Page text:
I wouldn't say I "worry" about it.  The concept of not having global vars at all (well, unless there's a damn good reason, avoid at all costs like the 'goto') has been drilled down into my skull ever since I finished my first C++ programming class in college.

From a design perspective, this makes sense.  Fewer global vars are a good thing.  They can give you quirky behavior unless you're super careful.  I was more curious when you guys design Lisp apps, how you treat global variables (yes, classes, functions, etc. are global as well, but this is not exactly the same thing) in Lisp.  Even in imperative and OO languages globals have a time and place (but very seldom and there has to be a damn good reason why).  Do professional Lisp developers actively embrace them?  Stay away from them like you would in other programming languages?  Or is there some other middle-ground that I'm not aware of.

The example that you provide is exactly where I could see how things could go very wrong in terms of undefined behavior :-) .  How are global variable regarded in Lisp?

On Wed, Apr 25, 2012 at 12:09 AM, Pascal J. Bourguignon <pjb@informatimago.com> wrote:
"Yves S. Garret" <yoursurrogategod@gmail.com> writes:

> Hi, going through Land of Lisp and I get to a part of the book where
> you define global variables.  I realize that the author is trying to
> educate the students about this, but is there ever a good reason for
> globals in Lisp?  In Java, C/C++, PHP, etc. it's frowned down upon at
> best.

Functions, classes, types, constants, packages, etc,  are global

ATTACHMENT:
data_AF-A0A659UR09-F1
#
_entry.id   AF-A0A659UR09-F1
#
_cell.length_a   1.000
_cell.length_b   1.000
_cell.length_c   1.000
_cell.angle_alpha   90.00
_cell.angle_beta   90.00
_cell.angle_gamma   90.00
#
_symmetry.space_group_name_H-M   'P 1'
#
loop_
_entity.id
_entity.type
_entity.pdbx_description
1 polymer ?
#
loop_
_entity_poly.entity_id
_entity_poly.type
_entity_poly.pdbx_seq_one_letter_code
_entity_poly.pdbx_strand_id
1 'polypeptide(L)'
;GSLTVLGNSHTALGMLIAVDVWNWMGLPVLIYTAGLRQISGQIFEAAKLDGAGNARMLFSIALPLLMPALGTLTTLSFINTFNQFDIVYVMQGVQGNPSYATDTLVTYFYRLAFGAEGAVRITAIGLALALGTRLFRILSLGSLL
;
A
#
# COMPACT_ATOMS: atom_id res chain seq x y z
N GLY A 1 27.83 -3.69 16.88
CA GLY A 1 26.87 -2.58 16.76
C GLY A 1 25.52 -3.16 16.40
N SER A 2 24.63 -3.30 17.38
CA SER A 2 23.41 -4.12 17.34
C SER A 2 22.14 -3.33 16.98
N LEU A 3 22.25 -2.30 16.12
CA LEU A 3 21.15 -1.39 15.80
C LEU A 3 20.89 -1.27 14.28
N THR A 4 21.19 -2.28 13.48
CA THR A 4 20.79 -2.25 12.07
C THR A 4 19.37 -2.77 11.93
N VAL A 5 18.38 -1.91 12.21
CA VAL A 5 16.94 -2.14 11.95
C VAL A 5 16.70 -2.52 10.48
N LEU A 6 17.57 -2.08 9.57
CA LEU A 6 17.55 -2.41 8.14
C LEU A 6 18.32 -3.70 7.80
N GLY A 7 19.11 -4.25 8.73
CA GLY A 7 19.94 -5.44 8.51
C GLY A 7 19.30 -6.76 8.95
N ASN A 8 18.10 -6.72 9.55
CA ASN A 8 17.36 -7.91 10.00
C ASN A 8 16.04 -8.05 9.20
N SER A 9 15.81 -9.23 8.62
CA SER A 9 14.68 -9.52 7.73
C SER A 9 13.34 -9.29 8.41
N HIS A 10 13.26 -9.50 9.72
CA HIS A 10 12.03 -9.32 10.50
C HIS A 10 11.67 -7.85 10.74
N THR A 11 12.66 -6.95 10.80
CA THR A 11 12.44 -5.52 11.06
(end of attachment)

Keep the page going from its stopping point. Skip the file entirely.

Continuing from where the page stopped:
bindings.

There are so many things that have global names, why do you worry about
a few global variables?


Yes, there are good reasons to have global variables.

The main one is to keep references to "persistent" data.  The scope of
persistence being that of the lisp image (and remember that
implementations provide operators to save the lisp images and reload
them).

Given the REPL, global variables allow passing data between two
functions called independently, and with the programmer intervention at
the REPL in the middle.


   cl-user> (defvar *data*)
   *data*
   cl-user> (defun compute-phase-a () (setf *data* (random 42)))
   compute-phase-a
   cl-user> (defun compute-phase-b () (* 2 *data*))
   compute-phase-b
   cl-user> (compute-phase-a)
   40
   cl-user> *data*
   40
   cl-user> (compute-phase-b)
   80
   cl-user> *data*
   40


Also, in Common Lisp global variables defined with defvar and
defparameter are special variables.  All the bindings involving the
symbol naming them are dynamic bindings.  This allow passing pervasive
parameter unconspicuously.

   cl-user> (defun do-something () (print *data*) (terpri))
   do-something
   cl-user> (setf *print-base* 16.)
   10
   cl-user> (do-something)

   28
   nil
   cl-user> (setf *print-base* 10.)
   10
   cl-user> (do-something)

   40
   nil



--
__Pascal Bourguignon__                     http://www.informatimago.com/
A bad day in () is better than a good day in {}.